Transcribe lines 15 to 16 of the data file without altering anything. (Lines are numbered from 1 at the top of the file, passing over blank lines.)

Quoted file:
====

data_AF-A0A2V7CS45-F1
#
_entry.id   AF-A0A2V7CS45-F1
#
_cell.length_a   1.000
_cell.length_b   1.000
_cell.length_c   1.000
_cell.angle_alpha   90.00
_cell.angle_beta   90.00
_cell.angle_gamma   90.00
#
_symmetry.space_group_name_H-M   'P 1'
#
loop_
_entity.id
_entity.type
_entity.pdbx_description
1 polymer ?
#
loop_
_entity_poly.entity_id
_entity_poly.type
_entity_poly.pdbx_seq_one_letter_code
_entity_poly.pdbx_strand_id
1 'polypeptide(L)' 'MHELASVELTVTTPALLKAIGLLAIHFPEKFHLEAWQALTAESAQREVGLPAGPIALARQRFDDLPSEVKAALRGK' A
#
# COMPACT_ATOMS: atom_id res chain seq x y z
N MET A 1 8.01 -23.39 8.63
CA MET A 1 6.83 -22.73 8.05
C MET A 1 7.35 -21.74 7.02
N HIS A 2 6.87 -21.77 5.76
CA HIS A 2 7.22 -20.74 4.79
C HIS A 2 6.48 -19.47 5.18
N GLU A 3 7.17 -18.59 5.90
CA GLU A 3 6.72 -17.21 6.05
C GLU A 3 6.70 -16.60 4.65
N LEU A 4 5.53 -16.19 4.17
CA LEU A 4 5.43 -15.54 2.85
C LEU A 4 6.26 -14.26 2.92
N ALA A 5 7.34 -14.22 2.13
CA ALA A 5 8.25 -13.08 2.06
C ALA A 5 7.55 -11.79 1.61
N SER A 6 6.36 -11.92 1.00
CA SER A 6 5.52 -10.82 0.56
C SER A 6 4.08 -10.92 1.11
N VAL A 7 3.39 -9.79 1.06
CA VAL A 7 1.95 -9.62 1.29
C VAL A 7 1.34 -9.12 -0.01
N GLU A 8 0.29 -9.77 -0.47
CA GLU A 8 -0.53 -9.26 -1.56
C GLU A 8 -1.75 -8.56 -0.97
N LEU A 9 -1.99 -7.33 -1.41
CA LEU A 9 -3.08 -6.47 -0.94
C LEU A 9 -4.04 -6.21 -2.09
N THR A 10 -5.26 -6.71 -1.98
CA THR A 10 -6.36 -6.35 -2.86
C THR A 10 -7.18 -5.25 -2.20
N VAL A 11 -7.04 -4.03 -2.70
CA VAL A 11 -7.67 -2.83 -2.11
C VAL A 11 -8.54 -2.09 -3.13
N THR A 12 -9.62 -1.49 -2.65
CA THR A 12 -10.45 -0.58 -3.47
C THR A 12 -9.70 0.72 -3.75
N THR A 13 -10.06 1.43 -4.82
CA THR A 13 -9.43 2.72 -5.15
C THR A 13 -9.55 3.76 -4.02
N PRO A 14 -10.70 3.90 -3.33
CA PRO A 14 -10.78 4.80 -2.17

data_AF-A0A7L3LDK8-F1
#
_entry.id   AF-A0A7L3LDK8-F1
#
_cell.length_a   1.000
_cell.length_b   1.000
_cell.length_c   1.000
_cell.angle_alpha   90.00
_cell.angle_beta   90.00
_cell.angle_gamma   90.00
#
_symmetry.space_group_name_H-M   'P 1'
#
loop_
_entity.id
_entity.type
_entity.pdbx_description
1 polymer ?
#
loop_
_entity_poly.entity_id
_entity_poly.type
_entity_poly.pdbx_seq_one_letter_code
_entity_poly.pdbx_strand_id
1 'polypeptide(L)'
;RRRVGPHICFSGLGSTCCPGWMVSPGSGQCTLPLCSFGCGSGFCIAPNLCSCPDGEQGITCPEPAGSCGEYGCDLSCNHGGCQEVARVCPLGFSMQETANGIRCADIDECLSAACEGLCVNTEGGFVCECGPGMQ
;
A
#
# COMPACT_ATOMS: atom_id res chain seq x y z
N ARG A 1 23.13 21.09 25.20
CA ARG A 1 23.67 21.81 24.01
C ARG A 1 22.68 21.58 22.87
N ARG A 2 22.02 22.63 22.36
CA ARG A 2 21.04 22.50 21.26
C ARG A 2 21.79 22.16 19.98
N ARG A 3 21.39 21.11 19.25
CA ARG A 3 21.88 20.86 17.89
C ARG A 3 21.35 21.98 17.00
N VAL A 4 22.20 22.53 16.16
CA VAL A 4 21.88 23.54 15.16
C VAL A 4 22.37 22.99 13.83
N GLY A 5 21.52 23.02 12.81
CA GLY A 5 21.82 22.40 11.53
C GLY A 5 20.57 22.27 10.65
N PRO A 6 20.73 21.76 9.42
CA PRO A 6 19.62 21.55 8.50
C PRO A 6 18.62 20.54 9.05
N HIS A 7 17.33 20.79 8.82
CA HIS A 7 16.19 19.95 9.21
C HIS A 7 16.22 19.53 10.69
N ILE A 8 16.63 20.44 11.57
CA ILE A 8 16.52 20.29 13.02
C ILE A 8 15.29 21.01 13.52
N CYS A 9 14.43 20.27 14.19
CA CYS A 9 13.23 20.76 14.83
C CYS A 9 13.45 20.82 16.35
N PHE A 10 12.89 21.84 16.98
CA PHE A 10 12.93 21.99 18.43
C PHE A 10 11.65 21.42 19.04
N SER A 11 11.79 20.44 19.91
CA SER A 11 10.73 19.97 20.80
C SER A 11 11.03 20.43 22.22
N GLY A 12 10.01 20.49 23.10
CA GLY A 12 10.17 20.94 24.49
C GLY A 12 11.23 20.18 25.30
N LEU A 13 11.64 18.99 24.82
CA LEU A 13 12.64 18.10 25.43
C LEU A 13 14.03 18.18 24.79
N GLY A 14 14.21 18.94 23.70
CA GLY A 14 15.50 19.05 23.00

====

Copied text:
_entity.id
_entity.type